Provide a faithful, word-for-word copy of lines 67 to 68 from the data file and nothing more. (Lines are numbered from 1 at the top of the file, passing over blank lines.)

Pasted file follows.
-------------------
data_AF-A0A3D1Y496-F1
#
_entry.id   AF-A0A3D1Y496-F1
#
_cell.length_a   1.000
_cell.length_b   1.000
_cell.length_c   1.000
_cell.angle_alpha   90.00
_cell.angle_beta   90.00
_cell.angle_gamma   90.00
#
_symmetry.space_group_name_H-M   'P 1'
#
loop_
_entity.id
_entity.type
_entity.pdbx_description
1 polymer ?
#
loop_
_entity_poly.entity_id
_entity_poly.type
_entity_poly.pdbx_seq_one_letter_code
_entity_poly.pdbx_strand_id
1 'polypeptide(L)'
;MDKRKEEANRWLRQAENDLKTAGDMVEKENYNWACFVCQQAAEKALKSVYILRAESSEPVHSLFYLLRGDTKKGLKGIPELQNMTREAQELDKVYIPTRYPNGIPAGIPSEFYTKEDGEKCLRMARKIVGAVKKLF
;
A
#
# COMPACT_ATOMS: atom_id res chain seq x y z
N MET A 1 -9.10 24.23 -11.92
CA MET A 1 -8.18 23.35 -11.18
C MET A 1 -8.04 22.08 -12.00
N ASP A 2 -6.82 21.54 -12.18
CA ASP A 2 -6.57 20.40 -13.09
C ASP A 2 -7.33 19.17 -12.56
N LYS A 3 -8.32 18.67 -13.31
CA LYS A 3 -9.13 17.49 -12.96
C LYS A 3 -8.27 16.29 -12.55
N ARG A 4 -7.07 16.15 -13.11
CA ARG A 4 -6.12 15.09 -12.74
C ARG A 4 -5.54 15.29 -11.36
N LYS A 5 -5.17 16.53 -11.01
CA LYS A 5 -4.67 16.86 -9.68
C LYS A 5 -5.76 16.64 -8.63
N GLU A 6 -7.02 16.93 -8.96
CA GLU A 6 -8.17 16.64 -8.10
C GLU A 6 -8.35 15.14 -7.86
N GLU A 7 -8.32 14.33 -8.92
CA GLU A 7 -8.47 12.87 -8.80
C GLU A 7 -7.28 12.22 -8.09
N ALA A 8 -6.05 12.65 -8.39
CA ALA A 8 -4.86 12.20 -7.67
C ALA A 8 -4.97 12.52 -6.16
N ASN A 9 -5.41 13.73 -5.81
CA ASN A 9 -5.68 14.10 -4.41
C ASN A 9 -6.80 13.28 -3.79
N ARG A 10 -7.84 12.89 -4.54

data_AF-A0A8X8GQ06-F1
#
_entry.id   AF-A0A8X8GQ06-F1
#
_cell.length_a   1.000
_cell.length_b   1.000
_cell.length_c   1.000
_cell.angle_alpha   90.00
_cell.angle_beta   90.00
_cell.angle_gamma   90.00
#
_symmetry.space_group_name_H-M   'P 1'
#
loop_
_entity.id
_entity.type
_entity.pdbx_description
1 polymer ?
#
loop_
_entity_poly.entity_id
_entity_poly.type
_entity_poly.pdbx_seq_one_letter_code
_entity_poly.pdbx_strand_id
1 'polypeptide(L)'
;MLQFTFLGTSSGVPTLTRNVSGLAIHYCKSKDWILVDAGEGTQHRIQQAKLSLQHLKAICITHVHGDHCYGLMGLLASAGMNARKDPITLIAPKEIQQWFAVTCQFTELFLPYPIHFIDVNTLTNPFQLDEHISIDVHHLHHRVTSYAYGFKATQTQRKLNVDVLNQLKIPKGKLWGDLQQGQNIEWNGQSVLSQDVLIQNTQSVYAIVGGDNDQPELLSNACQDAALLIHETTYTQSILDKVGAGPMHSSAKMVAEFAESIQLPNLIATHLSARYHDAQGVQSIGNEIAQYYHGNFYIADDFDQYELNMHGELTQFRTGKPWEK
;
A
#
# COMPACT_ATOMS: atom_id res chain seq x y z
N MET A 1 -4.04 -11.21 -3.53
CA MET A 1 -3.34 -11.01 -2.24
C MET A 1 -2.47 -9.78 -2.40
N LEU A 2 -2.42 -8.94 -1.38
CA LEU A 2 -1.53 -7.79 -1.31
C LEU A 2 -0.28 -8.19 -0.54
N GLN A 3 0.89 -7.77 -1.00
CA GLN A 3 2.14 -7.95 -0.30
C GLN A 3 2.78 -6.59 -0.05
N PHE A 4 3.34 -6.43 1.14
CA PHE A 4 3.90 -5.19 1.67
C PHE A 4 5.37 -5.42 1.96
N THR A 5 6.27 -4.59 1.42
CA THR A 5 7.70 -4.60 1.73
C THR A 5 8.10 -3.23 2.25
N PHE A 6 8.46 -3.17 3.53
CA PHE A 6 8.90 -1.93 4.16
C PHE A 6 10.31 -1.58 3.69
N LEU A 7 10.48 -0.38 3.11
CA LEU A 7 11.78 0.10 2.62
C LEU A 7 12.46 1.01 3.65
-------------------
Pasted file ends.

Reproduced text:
_cell.angle_beta   90.00
_cell.angle_gamma   90.00